This is also borne out in the visceral response to Staal’s theories as given by other theorists of Vedic mantra and language. Indeed, the various indigenous theories of mantra, like those of the Mimamsa philosophers and of the grammatician Bhatrihari, in whose Vakpadiya the highly influential sphota-vada is delineated. In the Nirukta, Yaska says,

yad gṛhītam avijñātaṁ nigadenaiva śabdyate
anagnāv iva śuṣkaidho na taj jvalati karhicit
What is merely vocalized without being understood, like dry wood without fire, never ignites. Nirukta 1.18)
Staal considers statements like these to be rationalizations arising out of a linguistic consciousness, but the desire for meaning is, for many, the essence of the religious impulse. A ritual that simply hearkened to a primitive state would not, on its own, provide satisfactory meaning.

All Indian theories of creation identify the Vedic sound with the creative act. Bhartrihari states that the mantra AUM is the root mantra out of which all other mantras arise. “This sacred syllable is held to have flashed forth into the heart of Brahman, while absorbed in deep meditation, and to have given birth to the Vedas, which contain all knowledge.” (Coward, in Mantra, p. 167)

Bhartrihari’s sphota theory begins from the point of identifying God as Shabda Brahman, or the totality of meaning. Each sentence we speak accumulates meaning, morpheme by morpheme, word by word, until it explodes into a flash of meaning. This flash is called sphota. A single sentence (vakya) contains a single flash of varying degrees of brightness, a maha-vakya accumulates a totality of meaning that is even weightier. The accumulation of all meanings through all time and space is God.

As much as God can be reduced to a syllable, it is AUM. AUM in itself may be meaningless lexically, but that is precisely the point: it is the nexus of all meanings. All mantras, to some degree or another, similarly profess to somehow or another be a channel to this totality of meaning.

I would say that the Holy Name opens the door to this same nexus of meaning as it is viewed personally, or relationally. The Name itself is infused with a power to access that meaning in a kind of spontaneous, unmediated sphoṭa. However, the accumulation of meanings that comes from life experience, association with saintly persons, from śravaṇa, manana and nididhyāsana of matters related to spiritual life, one comes to the experience of rasa, which I guess will be a subject of a later blog.

Hein, Norvin J. “Chaitanya’s Ecstasies and the Theology of the Holy Name.” JVS 2.2, Spring 1994.

Acyutänanda Däsa. “The Descent of the Holy Name: A Gaudiya Vaishnava Perspective,” JVS 2.2, Spring 1994. 27-34.

My article on “Sri Chaitanya’s Sikshastakam.” in JVS and my translation of the Mahamantra-vyakhya, easily available on the internet.

Alper, Harvey P. (ed.) Mantra. SUNY Press, 1988.

Coward, Harold and Goa, David. Mantra: Hearing the Divine in India. Anima Books, 1991.

Gonda, Jan. "The Indian Mantra," Oriens 16:244-297.

Sridhar, Bhakti Rakshaka. The Guru and His Grace.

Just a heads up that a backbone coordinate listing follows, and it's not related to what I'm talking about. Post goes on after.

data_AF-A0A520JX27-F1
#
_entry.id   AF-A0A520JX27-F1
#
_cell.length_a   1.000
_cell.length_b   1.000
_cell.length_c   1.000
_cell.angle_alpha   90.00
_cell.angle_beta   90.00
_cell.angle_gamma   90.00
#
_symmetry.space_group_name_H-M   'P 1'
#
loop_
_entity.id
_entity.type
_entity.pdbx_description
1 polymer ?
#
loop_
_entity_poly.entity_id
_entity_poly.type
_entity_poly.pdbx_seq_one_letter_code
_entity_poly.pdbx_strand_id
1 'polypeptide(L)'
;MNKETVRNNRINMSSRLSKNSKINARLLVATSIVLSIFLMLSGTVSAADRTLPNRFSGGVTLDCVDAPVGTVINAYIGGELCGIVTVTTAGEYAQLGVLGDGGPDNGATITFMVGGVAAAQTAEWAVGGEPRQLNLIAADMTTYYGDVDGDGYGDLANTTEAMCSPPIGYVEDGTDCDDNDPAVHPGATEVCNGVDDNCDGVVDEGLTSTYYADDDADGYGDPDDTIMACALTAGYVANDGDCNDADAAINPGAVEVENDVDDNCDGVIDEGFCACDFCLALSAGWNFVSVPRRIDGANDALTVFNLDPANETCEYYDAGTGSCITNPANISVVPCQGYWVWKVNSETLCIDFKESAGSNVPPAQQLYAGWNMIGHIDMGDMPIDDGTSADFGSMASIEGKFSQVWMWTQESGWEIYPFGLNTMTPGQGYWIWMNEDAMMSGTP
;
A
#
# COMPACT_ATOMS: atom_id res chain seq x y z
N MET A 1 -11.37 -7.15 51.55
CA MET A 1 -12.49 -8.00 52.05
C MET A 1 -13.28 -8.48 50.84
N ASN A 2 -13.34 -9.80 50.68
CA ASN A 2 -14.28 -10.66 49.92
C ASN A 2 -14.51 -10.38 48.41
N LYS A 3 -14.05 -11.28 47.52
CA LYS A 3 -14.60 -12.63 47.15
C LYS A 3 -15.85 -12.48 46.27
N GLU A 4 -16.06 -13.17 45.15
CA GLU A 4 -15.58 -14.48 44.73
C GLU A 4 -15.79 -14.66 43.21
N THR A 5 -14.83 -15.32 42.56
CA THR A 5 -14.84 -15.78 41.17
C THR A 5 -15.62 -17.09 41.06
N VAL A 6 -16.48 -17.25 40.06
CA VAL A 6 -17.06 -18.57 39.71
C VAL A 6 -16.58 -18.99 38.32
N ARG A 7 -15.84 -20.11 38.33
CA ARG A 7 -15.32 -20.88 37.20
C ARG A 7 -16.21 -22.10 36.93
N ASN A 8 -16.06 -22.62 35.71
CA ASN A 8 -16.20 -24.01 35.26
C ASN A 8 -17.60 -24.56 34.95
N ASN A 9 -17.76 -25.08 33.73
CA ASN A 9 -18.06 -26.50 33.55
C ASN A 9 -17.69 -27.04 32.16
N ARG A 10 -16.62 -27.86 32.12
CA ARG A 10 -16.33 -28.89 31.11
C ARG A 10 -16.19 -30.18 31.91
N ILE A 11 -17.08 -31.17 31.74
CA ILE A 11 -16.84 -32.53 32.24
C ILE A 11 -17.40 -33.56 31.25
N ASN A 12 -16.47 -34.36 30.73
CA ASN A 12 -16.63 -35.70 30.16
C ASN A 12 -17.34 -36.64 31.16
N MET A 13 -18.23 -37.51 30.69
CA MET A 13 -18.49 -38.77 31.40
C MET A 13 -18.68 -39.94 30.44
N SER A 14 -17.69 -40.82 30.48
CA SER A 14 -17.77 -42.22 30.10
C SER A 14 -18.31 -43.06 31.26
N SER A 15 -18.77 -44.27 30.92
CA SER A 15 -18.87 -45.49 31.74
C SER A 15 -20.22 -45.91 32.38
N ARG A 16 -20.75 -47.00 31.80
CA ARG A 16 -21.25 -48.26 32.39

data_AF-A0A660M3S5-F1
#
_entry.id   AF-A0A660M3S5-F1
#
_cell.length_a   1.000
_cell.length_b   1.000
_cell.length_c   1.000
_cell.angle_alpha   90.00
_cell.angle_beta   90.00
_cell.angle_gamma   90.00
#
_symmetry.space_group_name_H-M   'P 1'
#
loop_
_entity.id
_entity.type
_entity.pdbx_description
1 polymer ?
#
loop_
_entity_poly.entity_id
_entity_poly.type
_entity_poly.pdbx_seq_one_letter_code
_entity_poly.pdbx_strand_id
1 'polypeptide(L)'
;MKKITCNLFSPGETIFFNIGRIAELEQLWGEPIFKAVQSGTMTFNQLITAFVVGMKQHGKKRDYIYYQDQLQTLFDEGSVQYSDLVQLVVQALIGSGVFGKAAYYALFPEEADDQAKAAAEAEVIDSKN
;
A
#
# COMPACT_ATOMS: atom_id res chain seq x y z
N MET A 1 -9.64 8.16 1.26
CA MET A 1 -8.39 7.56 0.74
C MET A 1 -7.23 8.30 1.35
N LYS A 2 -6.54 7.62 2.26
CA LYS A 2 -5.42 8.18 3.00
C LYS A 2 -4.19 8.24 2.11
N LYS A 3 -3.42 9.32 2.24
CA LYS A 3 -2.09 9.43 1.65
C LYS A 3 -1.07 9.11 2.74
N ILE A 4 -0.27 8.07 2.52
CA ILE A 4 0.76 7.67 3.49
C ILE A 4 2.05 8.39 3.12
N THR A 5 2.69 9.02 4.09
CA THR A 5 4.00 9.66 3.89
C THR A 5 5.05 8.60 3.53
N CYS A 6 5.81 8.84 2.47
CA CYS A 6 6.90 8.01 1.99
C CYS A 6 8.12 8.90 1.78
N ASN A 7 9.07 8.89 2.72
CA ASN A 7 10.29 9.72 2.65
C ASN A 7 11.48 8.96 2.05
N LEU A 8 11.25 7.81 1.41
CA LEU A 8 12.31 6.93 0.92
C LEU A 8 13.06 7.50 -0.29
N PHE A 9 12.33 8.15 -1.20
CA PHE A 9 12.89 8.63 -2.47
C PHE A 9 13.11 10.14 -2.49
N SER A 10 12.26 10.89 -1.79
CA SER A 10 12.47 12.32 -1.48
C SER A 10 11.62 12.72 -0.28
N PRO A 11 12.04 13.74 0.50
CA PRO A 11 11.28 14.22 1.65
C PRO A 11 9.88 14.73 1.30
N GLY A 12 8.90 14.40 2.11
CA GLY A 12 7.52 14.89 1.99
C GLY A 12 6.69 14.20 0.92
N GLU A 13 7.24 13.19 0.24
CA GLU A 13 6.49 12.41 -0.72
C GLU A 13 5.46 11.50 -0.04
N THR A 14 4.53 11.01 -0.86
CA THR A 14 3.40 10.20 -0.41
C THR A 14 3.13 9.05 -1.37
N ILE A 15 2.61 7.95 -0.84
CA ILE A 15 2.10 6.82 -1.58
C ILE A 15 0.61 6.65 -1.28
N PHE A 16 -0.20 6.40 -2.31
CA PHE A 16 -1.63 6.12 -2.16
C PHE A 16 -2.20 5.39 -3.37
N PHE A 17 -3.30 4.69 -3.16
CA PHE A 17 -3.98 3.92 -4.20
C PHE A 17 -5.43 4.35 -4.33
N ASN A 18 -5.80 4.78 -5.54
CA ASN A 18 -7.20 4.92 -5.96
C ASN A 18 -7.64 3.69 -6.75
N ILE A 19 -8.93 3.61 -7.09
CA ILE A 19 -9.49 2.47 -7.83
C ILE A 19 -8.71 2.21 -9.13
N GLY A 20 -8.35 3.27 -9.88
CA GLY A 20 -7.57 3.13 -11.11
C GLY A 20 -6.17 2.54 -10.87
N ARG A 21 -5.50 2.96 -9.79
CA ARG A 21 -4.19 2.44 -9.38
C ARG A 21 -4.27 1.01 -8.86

Wednesday, January 24, 2007

Loyalty, fidelity, obedience and adherence

Plus ça change, plus ça reste pareil.

One thing I did not mention in speaking of the June McDaniel book, because it was not relevant then, is that I am quoted in it. The reason I mention it now is because now it has become relevant.

June McDaniel interviewed me in Nabadwip back in 1984. Nitai introduced us, as she was a fellow student of his at the University of Chicago. Evidently, she did not find speaking with me particularly fruitful as she only quoted the one statement, in which I say, "In the Western system, people try to invent things for themselves. In India, we try to follow previous people, to do what they did and get it down properly, the way that it was done before." (Page 19)

Maybe I was thinking of this verse:

etāṁ sa āsthāya parātma-niṣṭhām
adhyāsitāṁ pūrvatamair mahadbhiḥ
ahaṁ tariṣyāmi duranta-pāraṁ
tamo mukundāṅghri-niṣevayaiva
“Fixed in faith in the Supreme Soul
in whom dwelt the great souls of yore,
I shall cross over the boundless ocean of darkness
by serving only Mukunda's lotus feet.
(SB 11.23.57, CC 2.3.6)
This rare artefact from my own past now looks like a strange relic, a puzzle to be solved by my putative future biographer. A little more than a year after I spoke these words I was back in the West, embarking on an academic career, trying to "understand" my own experiences and those of the acharyas by following some kind of empirical method, i.e., specifically following Western models of understanding.

Recently I listened to a Rabindra Svarupa talk in which he refers to the following quote, taken from the editor's introduction to Mantra (ed. Harvey P. Alper, SUNY Press, 1989):
Most of us who study mantras critically--historians, philosophers, Sanskritists--take the Enlightenment consensus for granted. We do not believe in magic. Generally, we do not pray. If we do pray, we try to do so in a universalistic idiom. We do not ask openly for mundane, temporal goods. If we prayed for the latter and if our prayers were answered, many of us would be incredulous and deeply embarrassed. (page 3)